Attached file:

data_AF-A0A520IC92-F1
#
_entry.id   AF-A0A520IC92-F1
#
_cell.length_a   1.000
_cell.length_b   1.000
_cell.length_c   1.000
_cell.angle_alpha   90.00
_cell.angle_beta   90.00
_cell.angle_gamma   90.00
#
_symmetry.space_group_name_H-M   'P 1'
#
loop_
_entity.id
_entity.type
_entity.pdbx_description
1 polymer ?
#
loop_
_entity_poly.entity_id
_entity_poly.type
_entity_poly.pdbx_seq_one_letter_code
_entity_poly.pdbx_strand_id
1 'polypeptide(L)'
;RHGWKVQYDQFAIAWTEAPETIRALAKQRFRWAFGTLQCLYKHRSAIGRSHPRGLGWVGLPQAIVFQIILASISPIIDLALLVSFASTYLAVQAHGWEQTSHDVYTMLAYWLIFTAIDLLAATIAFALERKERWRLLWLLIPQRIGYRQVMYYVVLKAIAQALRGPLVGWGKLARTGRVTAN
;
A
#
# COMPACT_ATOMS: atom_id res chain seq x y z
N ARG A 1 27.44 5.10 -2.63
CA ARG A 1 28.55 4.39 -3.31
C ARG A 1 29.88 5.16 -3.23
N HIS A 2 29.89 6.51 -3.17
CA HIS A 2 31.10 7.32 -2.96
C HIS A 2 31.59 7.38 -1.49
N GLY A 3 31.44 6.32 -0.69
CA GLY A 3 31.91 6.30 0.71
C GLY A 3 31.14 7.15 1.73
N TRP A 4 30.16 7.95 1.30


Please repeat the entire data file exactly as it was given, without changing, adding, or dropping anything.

data_AF-A0A520IC92-F1
#
_entry.id   AF-A0A520IC92-F1
#
_cell.length_a   1.000
_cell.length_b   1.000
_cell.length_c   1.000
_cell.angle_alpha   90.00
_cell.angle_beta   90.00
_cell.angle_gamma   90.00
#
_symmetry.space_group_name_H-M   'P 1'
#
loop_
_entity.id
_entity.type
_entity.pdbx_description
1 polymer ?
#
loop_
_entity_poly.entity_id
_entity_poly.type
_entity_poly.pdbx_seq_one_letter_code
_entity_poly.pdbx_strand_id
1 'polypeptide(L)'
;RHGWKVQYDQFAIAWTEAPETIRALAKQRFRWAFGTLQCLYKHRSAIGRSHPRGLGWVGLPQAIVFQIILASISPIIDLALLVSFASTYLAVQAHGWEQTSHDVYTMLAYWLIFTAIDLLAATIAFALERKERWRLLWLLIPQRIGYRQVMYYVVLKAIAQALRGPLVGWGKLARTGRVTAN
;
A
#
# COMPACT_ATOMS: atom_id res chain seq x y z
N ARG A 1 27.44 5.10 -2.63
CA ARG A 1 28.55 4.39 -3.31
C ARG A 1 29.88 5.16 -3.23
N HIS A 2 29.89 6.51 -3.17
CA HIS A 2 31.10 7.32 -2.96
C HIS A 2 31.59 7.38 -1.49
N GLY A 3 31.44 6.32 -0.69
CA GLY A 3 31.91 6.30 0.71
C GLY A 3 31.14 7.15 1.73
N TRP A 4 30.16 7.95 1.30